Team Wellness Challenges: 10 Keys to Success
An effective team component can boost wellness program participation and completion rates by 50% or more. Here are the keys to getting it right every time.
- Keep it clear and simple. Team wellness challenges should be easy to understand and participate in. Too many competition elements or rules are a turnoff and complicate communication.
- Make all elements real. While online tools make administration and support easier, team challenges should have a heavy dose of on-the-ground, face- to-face elements. Live kickoff events, weekly group activities, and celebratory wrap-up gatherings create memorable moments teammates can share for years — something you just can’t achieve virtually, no matter how many badges you give out.
- Set challenging, yet achievable team wellness goals as the measure of success. Objectives should be entirely group focused, with each participant having a meaningful role in contributing to the team’s overall success.
- Limit wellness challenge team size. Social loafing occurs when members slack off and feel less responsible for team results — usually because the team is too big. It’s a phenomenon that occurs in all types of teams, and it undermines success. Limiting teams to 3-8 members (4 or 5 typically work best) keeps everyone more accountable and prevents social loafing.
- Put team progress front and center. Update data in real time as much as possible so teams can view their progress in relation to others. Focus on improvement to keep the emphasis on health rather than winning/losing.
- Encourage sustainable wellness habits. Emphasize consistency over super-human (and ultimately unsustainable) achievements. Keep in mind that health is a journey, not a destination, and you’re trying to reinforce habits that can be maintained over the long term.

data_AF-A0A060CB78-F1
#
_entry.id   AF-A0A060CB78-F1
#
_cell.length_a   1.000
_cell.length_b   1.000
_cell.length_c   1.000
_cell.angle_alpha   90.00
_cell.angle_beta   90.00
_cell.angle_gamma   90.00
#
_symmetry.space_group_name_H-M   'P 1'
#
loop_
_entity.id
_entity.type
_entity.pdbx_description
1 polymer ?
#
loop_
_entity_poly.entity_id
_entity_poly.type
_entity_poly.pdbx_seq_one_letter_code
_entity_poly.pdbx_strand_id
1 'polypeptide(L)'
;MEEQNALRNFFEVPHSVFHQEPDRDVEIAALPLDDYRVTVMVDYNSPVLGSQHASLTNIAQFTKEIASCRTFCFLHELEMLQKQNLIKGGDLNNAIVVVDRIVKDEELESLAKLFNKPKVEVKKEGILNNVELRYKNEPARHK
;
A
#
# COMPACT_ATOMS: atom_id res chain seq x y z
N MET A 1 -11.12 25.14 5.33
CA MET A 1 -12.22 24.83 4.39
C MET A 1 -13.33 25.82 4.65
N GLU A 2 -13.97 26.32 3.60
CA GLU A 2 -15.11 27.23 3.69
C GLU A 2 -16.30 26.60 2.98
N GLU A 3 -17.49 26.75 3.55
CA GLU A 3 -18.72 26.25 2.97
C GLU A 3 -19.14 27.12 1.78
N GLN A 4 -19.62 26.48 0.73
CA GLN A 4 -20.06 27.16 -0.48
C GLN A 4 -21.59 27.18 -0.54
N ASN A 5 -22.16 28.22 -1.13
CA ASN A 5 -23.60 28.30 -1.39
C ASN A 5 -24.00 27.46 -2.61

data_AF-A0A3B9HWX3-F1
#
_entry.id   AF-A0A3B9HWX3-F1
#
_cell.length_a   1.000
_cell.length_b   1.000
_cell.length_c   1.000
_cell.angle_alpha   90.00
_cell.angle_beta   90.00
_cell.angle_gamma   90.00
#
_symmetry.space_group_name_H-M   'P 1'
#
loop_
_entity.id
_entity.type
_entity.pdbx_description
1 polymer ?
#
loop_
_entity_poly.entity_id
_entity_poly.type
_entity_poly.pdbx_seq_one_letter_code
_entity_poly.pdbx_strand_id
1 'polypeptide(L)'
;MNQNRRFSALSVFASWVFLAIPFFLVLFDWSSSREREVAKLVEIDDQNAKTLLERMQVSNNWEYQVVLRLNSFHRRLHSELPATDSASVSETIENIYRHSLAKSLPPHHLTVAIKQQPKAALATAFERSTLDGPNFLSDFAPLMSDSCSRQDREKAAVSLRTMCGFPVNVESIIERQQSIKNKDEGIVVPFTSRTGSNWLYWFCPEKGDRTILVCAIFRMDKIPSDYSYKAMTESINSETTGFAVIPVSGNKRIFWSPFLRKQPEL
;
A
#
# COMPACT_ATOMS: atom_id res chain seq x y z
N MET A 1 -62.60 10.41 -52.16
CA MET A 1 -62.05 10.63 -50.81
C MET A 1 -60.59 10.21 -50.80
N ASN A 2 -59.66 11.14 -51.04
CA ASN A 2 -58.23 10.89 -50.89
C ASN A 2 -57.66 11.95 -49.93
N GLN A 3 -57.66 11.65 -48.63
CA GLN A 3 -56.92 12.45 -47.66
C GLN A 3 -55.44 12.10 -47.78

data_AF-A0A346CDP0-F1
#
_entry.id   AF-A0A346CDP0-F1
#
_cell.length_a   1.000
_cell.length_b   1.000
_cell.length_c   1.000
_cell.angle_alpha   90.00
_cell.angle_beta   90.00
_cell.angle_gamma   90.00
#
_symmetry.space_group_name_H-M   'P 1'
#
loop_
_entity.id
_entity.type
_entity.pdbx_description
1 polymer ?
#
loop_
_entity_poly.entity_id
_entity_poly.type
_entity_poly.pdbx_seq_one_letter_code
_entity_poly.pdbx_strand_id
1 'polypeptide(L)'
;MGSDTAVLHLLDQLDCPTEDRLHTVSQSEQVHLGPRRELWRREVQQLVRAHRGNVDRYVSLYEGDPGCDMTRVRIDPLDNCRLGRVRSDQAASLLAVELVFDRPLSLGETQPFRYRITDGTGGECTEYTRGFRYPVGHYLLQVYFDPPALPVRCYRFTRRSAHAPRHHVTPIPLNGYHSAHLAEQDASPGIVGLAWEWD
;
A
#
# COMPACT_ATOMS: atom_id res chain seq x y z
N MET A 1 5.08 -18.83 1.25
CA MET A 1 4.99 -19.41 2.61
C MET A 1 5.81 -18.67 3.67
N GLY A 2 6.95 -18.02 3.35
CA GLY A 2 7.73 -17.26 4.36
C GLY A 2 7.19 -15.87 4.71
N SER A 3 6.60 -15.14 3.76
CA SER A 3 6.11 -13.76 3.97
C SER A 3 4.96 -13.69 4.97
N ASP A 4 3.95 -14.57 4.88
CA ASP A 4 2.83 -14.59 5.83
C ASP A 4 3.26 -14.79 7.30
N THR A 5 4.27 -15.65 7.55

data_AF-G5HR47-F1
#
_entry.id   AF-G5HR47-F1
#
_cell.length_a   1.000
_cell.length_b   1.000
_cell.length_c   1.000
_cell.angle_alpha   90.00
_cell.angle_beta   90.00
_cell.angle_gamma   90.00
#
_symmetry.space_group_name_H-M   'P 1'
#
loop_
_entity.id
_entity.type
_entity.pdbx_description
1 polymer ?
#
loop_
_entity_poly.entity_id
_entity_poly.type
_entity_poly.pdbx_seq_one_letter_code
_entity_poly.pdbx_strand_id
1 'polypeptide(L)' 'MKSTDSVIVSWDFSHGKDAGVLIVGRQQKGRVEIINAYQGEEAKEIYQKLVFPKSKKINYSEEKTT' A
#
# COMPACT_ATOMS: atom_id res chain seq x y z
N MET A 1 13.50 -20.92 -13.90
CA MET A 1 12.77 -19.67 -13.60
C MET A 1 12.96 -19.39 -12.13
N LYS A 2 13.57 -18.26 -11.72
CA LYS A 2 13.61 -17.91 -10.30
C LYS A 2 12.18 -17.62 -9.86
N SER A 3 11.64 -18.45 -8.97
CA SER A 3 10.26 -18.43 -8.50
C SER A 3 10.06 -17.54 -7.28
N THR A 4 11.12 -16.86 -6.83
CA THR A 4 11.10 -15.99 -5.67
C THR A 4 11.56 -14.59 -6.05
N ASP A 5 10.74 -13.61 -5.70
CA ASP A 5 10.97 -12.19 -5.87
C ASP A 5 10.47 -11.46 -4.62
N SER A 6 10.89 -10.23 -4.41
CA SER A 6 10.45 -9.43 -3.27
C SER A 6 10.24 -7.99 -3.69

- Be cautious with inter-department challenges. You want team participation to be voluntary so motivation bubbles up naturally. Overbearing department managers trying to “win” the wellness challenge can turn off the very people you’re trying to help most and blunt intrinsic motivation.
- Highlight achievements of the average participant. While the exploits of an uber- competitive VP of Finance may have interest to the rest of your organization’s triathletes, more people will be able to relate to the 15-year employee on the line who finally turned a corner through the support of teammates and coworkers.
- Keep recognition simple, team-oriented. Pride swells when individuals feel they’ve made a significant contribution to the team, and it increases the chances of long-term personal health improvement. And don’t cheapen the accomplishments with cash rewards or lavish incentives.
- Evaluate, rinse, repeat.You’ll learn something new each time you evaluate a wellness team challenge. Ask 2 simple, open-ended questions:
a. What did you like most about the wellness campaign?
b. What did you like least?
Then categorize the comments so you can focus on the things you want to build on and those you need to fix.